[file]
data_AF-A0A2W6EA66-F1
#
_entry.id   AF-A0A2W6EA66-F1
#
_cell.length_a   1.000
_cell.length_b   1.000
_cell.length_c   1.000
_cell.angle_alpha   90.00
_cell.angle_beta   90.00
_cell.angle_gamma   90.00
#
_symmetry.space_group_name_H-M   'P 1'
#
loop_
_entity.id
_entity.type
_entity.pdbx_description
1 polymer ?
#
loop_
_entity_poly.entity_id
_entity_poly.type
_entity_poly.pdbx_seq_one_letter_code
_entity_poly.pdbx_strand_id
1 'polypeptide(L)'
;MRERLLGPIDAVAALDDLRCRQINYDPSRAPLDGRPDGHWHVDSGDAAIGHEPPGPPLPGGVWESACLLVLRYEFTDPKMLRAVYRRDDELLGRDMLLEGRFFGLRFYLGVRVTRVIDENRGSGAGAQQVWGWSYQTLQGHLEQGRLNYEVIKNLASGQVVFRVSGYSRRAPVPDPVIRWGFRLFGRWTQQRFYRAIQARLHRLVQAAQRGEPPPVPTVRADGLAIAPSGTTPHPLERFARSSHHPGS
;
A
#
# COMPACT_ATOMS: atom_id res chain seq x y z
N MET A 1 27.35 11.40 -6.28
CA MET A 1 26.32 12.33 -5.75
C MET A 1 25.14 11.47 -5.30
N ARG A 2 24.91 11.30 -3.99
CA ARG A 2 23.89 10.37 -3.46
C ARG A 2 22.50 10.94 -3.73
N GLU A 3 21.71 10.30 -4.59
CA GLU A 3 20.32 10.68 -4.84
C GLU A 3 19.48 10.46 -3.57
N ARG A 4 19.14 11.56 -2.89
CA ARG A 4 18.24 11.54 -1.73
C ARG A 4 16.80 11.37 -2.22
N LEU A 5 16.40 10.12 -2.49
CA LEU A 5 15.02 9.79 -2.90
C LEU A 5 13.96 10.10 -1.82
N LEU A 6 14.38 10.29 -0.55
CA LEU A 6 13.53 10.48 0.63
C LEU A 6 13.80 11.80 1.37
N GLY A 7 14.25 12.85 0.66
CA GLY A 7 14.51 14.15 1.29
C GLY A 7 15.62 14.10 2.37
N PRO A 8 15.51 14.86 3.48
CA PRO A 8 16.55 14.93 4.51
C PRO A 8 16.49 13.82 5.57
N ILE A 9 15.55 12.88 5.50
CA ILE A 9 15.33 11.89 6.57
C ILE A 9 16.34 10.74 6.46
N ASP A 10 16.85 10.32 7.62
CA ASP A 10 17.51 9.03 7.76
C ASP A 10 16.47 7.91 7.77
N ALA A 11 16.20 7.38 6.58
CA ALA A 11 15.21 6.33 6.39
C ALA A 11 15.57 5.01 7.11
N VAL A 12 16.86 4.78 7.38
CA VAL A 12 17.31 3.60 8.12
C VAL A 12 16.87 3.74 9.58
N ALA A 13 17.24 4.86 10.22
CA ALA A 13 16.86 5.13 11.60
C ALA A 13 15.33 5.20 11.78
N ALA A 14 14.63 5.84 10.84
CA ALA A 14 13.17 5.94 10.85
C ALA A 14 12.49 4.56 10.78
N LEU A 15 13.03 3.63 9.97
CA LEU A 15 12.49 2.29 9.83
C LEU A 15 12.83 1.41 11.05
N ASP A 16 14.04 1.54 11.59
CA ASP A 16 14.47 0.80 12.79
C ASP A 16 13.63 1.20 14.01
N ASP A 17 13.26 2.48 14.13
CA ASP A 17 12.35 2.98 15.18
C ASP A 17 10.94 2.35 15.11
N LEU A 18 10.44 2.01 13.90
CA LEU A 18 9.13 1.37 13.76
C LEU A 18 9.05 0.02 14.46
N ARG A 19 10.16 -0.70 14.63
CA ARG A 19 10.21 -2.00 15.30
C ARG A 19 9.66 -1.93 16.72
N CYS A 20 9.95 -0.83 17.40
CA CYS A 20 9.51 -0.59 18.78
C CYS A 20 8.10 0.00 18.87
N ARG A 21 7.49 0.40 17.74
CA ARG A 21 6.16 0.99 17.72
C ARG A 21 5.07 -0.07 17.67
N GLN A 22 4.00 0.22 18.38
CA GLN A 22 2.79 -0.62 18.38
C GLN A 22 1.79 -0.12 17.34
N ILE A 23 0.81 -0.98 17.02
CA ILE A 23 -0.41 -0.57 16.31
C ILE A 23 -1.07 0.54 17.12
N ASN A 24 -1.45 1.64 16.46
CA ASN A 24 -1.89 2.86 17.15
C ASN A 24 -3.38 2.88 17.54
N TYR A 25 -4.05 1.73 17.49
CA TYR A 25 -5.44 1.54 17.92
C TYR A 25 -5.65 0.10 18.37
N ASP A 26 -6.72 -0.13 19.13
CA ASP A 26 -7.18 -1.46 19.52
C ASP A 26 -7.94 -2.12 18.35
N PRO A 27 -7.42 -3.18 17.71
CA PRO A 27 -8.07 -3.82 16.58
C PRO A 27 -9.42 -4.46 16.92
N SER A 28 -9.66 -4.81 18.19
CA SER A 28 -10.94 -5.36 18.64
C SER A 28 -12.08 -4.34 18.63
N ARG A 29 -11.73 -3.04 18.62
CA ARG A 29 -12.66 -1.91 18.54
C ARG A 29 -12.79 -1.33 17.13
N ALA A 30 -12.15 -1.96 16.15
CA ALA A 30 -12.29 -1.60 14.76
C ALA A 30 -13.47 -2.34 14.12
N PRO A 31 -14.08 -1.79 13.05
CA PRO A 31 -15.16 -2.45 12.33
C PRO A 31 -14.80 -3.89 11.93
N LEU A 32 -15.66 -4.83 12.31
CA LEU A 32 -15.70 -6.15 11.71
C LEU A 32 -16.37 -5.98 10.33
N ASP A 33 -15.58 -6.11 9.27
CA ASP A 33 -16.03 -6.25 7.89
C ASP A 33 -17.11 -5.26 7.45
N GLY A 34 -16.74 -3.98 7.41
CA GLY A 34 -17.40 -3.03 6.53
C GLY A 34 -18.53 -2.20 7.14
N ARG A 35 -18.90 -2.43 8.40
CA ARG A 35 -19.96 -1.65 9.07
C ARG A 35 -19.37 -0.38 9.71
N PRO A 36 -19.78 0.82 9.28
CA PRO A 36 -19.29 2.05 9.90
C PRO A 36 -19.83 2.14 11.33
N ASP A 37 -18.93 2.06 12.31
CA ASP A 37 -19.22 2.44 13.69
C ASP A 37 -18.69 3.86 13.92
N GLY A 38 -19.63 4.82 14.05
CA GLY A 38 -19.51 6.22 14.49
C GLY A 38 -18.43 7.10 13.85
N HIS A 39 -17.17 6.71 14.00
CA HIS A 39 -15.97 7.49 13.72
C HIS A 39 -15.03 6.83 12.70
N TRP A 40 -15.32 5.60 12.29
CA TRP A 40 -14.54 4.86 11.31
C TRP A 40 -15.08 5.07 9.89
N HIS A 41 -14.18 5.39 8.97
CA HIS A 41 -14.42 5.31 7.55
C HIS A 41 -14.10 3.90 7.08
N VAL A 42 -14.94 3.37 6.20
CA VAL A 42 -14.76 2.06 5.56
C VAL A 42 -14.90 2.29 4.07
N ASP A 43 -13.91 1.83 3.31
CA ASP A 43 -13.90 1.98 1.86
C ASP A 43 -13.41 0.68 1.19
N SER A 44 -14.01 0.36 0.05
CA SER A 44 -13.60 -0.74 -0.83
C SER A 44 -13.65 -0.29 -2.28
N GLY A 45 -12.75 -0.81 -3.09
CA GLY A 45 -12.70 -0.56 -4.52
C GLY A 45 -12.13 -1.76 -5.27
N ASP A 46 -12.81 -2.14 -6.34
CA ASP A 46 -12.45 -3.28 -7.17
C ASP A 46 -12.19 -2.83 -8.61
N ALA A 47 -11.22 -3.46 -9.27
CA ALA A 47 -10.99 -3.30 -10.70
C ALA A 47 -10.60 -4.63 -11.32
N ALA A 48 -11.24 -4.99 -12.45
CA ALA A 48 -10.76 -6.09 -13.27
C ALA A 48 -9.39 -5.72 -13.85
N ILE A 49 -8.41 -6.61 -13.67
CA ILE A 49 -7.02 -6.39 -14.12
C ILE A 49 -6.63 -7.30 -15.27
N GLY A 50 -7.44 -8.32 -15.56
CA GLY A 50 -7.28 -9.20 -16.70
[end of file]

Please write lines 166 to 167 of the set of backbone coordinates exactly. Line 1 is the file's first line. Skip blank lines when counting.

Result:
N ASP A 46 -12.81 -2.14 -6.34
CA ASP A 46 -12.45 -3.28 -7.17